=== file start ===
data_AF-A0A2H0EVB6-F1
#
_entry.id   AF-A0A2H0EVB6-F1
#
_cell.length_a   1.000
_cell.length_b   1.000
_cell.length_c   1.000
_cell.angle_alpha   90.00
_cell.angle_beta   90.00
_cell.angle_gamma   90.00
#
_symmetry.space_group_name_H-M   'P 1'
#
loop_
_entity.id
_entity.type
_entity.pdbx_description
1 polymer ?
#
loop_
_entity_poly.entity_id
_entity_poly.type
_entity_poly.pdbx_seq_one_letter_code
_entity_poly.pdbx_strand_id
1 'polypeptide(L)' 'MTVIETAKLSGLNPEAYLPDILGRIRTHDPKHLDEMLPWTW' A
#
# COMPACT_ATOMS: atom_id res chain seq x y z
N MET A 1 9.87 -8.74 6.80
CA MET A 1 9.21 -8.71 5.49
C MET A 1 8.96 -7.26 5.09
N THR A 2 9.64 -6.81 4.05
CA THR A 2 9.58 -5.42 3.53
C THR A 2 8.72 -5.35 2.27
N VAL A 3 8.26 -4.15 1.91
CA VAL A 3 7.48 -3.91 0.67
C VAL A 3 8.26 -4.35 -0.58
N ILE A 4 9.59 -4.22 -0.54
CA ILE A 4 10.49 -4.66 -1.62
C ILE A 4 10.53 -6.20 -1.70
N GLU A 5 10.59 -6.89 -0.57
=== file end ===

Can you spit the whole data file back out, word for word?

data_AF-A0A2H0EVB6-F1
#
_entry.id   AF-A0A2H0EVB6-F1
#
_cell.length_a   1.000
_cell.length_b   1.000
_cell.length_c   1.000
_cell.angle_alpha   90.00
_cell.angle_beta   90.00
_cell.angle_gamma   90.00
#
_symmetry.space_group_name_H-M   'P 1'
#
loop_
_entity.id
_entity.type
_entity.pdbx_description
1 polymer ?
#
loop_
_entity_poly.entity_id
_entity_poly.type
_entity_poly.pdbx_seq_one_letter_code
_entity_poly.pdbx_strand_id
1 'polypeptide(L)' 'MTVIETAKLSGLNPEAYLPDILGRIRTHDPKHLDEMLPWTW' A
#
# COMPACT_ATOMS: atom_id res chain seq x y z
N MET A 1 9.87 -8.74 6.80
CA MET A 1 9.21 -8.71 5.49
C MET A 1 8.96 -7.26 5.09
N THR A 2 9.64 -6.81 4.05
CA THR A 2 9.58 -5.42 3.53
C THR A 2 8.72 -5.35 2.27
N VAL A 3 8.26 -4.15 1.91
CA VAL A 3 7.48 -3.91 0.67
C VAL A 3 8.26 -4.35 -0.58
N ILE A 4 9.59 -4.22 -0.54
CA ILE A 4 10.49 -4.66 -1.62
C ILE A 4 10.53 -6.20 -1.70
N GLU A 5 10.59 -6.89 -0.57